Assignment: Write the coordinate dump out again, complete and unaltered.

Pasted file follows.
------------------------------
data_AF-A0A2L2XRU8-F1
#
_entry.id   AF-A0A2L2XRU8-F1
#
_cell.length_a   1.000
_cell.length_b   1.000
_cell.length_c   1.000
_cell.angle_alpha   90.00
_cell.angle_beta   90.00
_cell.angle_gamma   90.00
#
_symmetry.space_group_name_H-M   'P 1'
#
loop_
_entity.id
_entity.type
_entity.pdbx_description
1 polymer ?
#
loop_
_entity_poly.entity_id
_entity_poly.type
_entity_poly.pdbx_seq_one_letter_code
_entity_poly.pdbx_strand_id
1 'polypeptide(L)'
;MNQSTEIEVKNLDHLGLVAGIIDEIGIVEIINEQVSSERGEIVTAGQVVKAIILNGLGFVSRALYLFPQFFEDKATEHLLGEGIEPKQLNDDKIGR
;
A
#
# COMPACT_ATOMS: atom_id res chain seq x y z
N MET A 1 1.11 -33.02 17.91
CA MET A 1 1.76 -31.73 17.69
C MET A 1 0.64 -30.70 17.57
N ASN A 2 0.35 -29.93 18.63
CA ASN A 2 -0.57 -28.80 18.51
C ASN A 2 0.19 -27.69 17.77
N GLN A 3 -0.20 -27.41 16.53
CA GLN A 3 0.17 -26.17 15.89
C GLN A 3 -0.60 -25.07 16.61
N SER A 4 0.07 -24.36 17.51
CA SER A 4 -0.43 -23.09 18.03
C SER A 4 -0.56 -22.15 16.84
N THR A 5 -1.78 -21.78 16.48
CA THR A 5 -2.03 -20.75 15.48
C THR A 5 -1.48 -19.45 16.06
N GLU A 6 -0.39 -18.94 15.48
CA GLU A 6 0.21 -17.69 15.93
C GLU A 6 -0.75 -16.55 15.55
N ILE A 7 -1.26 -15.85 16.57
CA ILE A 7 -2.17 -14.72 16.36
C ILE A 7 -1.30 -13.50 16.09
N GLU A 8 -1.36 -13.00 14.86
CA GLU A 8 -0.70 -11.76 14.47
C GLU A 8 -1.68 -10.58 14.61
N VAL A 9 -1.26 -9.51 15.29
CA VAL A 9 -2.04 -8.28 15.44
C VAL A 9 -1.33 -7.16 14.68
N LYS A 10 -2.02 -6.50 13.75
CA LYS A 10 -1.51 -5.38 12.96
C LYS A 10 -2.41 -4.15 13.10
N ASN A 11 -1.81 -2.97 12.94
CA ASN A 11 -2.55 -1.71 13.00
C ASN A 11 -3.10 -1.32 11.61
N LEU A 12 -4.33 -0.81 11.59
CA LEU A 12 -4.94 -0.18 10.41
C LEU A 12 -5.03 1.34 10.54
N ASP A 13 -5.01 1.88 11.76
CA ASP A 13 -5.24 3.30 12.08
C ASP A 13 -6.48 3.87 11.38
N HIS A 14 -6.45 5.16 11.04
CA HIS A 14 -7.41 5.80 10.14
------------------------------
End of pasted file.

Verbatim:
data_AF-A0A2L2XRU8-F1
#
_entry.id   AF-A0A2L2XRU8-F1
#
_cell.length_a   1.000
_cell.length_b   1.000
_cell.length_c   1.000
_cell.angle_alpha   90.00
_cell.angle_beta   90.00
_cell.angle_gamma   90.00
#
_symmetry.space_group_name_H-M   'P 1'
#
loop_
_entity.id
_entity.type
_entity.pdbx_description
1 polymer ?
#
loop_
_entity_poly.entity_id
_entity_poly.type
_entity_poly.pdbx_seq_one_letter_code
_entity_poly.pdbx_strand_id
1 'polypeptide(L)'
;MNQSTEIEVKNLDHLGLVAGIIDEIGIVEIINEQVSSERGEIVTAGQVVKAIILNGLGFVSRALYLFPQFFEDKATEHLLGEGIEPKQLNDDKIGR
;
A
#
# COMPACT_ATOMS: atom_id res chain seq x y z
N MET A 1 1.11 -33.02 17.91
CA MET A 1 1.76 -31.73 17.69
C MET A 1 0.64 -30.70 17.57
N ASN A 2 0.35 -29.93 18.63
CA ASN A 2 -0.57 -28.80 18.51
C ASN A 2 0.19 -27.69 17.77
N GLN A 3 -0.20 -27.41 16.53
CA GLN A 3 0.17 -26.17 15.89
C GLN A 3 -0.60 -25.07 16.61
N SER A 4 0.07 -24.36 17.51
CA SER A 4 -0.43 -23.09 18.03
C SER A 4 -0.56 -22.15 16.84
N THR A 5 -1.78 -21.78 16.48
CA THR A 5 -2.03 -20.75 15.48
C THR A 5 -1.48 -19.45 16.06
N GLU A 6 -0.39 -18.94 15.48
CA GLU A 6 0.21 -17.69 15.93
C GLU A 6 -0.75 -16.55 15.55
N ILE A 7 -1.26 -15.85 16.57
CA ILE A 7 -2.17 -14.72 16.36
C ILE A 7 -1.30 -13.50 16.09
N GLU A 8 -1.36 -13.00 14.86
CA GLU A 8 -0.70 -11.76 14.47
C GLU A 8 -1.68 -10.58 14.61
N VAL A 9 -1.26 -9.51 15.29
CA VAL A 9 -2.04 -8.28 15.44
C VAL A 9 -1.33 -7.16 14.68
N LYS A 10 -2.02 -6.50 13.75
CA LYS A 10 -1.51 -5.38 12.96
C LYS A 10 -2.41 -4.15 13.10
N ASN A 11 -1.81 -2.97 12.94
CA ASN A 11 -2.55 -1.71 13.00
C ASN A 11 -3.10 -1.32 11.61
N LEU A 12 -4.33 -0.81 11.59
CA LEU A 12 -4.94 -0.18 10.41
C LEU A 12 -5.03 1.34 10.54
N ASP A 13 -5.01 1.88 11.76
CA ASP A 13 -5.24 3.30 12.08
C ASP A 13 -6.48 3.87 11.38
N HIS A 14 -6.45 5.16 11.04
CA HIS A 14 -7.41 5.80 10.14